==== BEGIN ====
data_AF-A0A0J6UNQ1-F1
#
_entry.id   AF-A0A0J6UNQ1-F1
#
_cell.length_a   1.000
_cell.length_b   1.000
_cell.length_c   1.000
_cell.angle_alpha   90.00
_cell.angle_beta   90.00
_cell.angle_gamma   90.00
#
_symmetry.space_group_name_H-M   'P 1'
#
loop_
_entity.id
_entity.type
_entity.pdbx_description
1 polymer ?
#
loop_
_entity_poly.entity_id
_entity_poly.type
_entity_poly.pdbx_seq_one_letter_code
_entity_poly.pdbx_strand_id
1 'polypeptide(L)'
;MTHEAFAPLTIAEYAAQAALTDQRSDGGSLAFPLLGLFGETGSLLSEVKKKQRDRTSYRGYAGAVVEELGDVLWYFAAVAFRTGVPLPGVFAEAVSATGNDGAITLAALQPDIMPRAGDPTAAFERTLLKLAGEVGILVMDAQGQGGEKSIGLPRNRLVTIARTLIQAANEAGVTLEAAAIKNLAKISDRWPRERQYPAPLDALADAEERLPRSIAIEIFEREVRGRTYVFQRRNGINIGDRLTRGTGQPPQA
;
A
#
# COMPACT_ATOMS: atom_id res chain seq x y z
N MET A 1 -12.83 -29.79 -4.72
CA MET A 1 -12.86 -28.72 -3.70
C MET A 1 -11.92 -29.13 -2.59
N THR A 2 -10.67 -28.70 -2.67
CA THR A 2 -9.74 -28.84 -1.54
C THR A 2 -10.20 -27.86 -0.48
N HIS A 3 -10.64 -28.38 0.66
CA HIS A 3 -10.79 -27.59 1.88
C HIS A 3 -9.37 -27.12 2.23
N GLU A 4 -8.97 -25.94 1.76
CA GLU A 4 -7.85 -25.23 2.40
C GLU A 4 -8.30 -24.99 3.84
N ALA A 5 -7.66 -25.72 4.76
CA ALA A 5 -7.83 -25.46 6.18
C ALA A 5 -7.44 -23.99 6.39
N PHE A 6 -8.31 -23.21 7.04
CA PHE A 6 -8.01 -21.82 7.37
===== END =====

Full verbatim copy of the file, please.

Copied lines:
data_AF-A0A0J6UNQ1-F1
#
_entry.id   AF-A0A0J6UNQ1-F1
#
_cell.length_a   1.000
_cell.length_b   1.000
_cell.length_c   1.000
_cell.angle_alpha   90.00
_cell.angle_beta   90.00
_cell.angle_gamma   90.00
#
_symmetry.space_group_name_H-M   'P 1'
#
loop_
_entity.id
_entity.type
_entity.pdbx_description
1 polymer ?
#
loop_
_entity_poly.entity_id
_entity_poly.type
_entity_poly.pdbx_seq_one_letter_code
_entity_poly.pdbx_strand_id
1 'polypeptide(L)'
;MTHEAFAPLTIAEYAAQAALTDQRSDGGSLAFPLLGLFGETGSLLSEVKKKQRDRTSYRGYAGAVVEELGDVLWYFAAVAFRTGVPLPGVFAEAVSATGNDGAITLAALQPDIMPRAGDPTAAFERTLLKLAGEVGILVMDAQGQGGEKSIGLPRNRLVTIARTLIQAANEAGVTLEAAAIKNLAKISDRWPRERQYPAPLDALADAEERLPRSIAIEIFEREVRGRTYVFQRRNGINIGDRLTRGTGQPPQA
;
A
#
# COMPACT_ATOMS: atom_id res chain seq x y z
N MET A 1 -12.83 -29.79 -4.72
CA MET A 1 -12.86 -28.72 -3.70
C MET A 1 -11.92 -29.13 -2.59
N THR A 2 -10.67 -28.70 -2.67
CA THR A 2 -9.74 -28.84 -1.54
C THR A 2 -10.20 -27.86 -0.48
N HIS A 3 -10.64 -28.38 0.66
CA HIS A 3 -10.79 -27.59 1.88
C HIS A 3 -9.37 -27.12 2.23
N GLU A 4 -8.97 -25.94 1.76
CA GLU A 4 -7.85 -25.23 2.40
C GLU A 4 -8.30 -24.99 3.84
N ALA A 5 -7.66 -25.72 4.76
CA ALA A 5 -7.83 -25.46 6.18
C ALA A 5 -7.44 -23.99 6.39
N PHE A 6 -8.31 -23.21 7.04
CA PHE A 6 -8.01 -21.82 7.37